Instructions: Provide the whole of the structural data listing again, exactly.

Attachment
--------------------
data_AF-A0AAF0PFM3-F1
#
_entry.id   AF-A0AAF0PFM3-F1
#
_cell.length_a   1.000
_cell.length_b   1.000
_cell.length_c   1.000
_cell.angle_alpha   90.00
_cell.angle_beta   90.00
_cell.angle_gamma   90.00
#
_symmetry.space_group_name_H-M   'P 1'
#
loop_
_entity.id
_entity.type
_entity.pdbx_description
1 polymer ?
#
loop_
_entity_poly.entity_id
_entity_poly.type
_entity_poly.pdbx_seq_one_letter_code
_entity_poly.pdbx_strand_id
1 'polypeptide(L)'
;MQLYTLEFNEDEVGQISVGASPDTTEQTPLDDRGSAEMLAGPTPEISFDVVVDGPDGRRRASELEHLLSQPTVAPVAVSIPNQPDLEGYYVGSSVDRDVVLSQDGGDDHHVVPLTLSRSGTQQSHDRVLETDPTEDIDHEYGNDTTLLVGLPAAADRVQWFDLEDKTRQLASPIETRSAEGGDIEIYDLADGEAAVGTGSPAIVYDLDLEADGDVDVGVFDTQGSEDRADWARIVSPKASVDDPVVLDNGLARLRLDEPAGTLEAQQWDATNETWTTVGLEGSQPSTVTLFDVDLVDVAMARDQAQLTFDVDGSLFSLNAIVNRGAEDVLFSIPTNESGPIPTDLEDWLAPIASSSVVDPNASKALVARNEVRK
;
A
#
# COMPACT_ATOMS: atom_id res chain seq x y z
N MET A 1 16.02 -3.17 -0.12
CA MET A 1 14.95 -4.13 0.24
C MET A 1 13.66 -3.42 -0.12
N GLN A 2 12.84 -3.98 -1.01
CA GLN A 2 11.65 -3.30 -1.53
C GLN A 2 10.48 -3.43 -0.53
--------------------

data_AF-A0AAF0PFM3-F1
#
_entry.id   AF-A0AAF0PFM3-F1
#
_cell.length_a   1.000
_cell.length_b   1.000
_cell.length_c   1.000
_cell.angle_alpha   90.00
_cell.angle_beta   90.00
_cell.angle_gamma   90.00
#
_symmetry.space_group_name_H-M   'P 1'
#
loop_
_entity.id
_entity.type
_entity.pdbx_description
1 polymer ?
#
loop_
_entity_poly.entity_id
_entity_poly.type
_entity_poly.pdbx_seq_one_letter_code
_entity_poly.pdbx_strand_id
1 'polypeptide(L)'
;MQLYTLEFNEDEVGQISVGASPDTTEQTPLDDRGSAEMLAGPTPEISFDVVVDGPDGRRRASELEHLLSQPTVAPVAVSIPNQPDLEGYYVGSSVDRDVVLSQDGGDDHHVVPLTLSRSGTQQSHDRVLETDPTEDIDHEYGNDTTLLVGLPAAADRVQWFDLEDKTRQLASPIETRSAEGGDIEIYDLADGEAAVGTGSPAIVYDLDLEADGDVDVGVFDTQGSEDRADWARIVSPKASVDDPVVLDNGLARLRLDEPAGTLEAQQWDATNETWTTVGLEGSQPSTVTLFDVDLVDVAMARDQAQLTFDVDGSLFSLNAIVNRGAEDVLFSIPTNESGPIPTDLEDWLAPIASSSVVDPNASKALVARNEVRK
;
A
#
# COMPACT_ATOMS: atom_id res chain seq x y z
N MET A 1 16.02 -3.17 -0.12
CA MET A 1 14.95 -4.13 0.24
C MET A 1 13.66 -3.42 -0.12
N GLN A 2 12.84 -3.98 -1.01
CA GLN A 2 11.65 -3.30 -1.53
C GLN A 2 10.48 -3.43 -0.53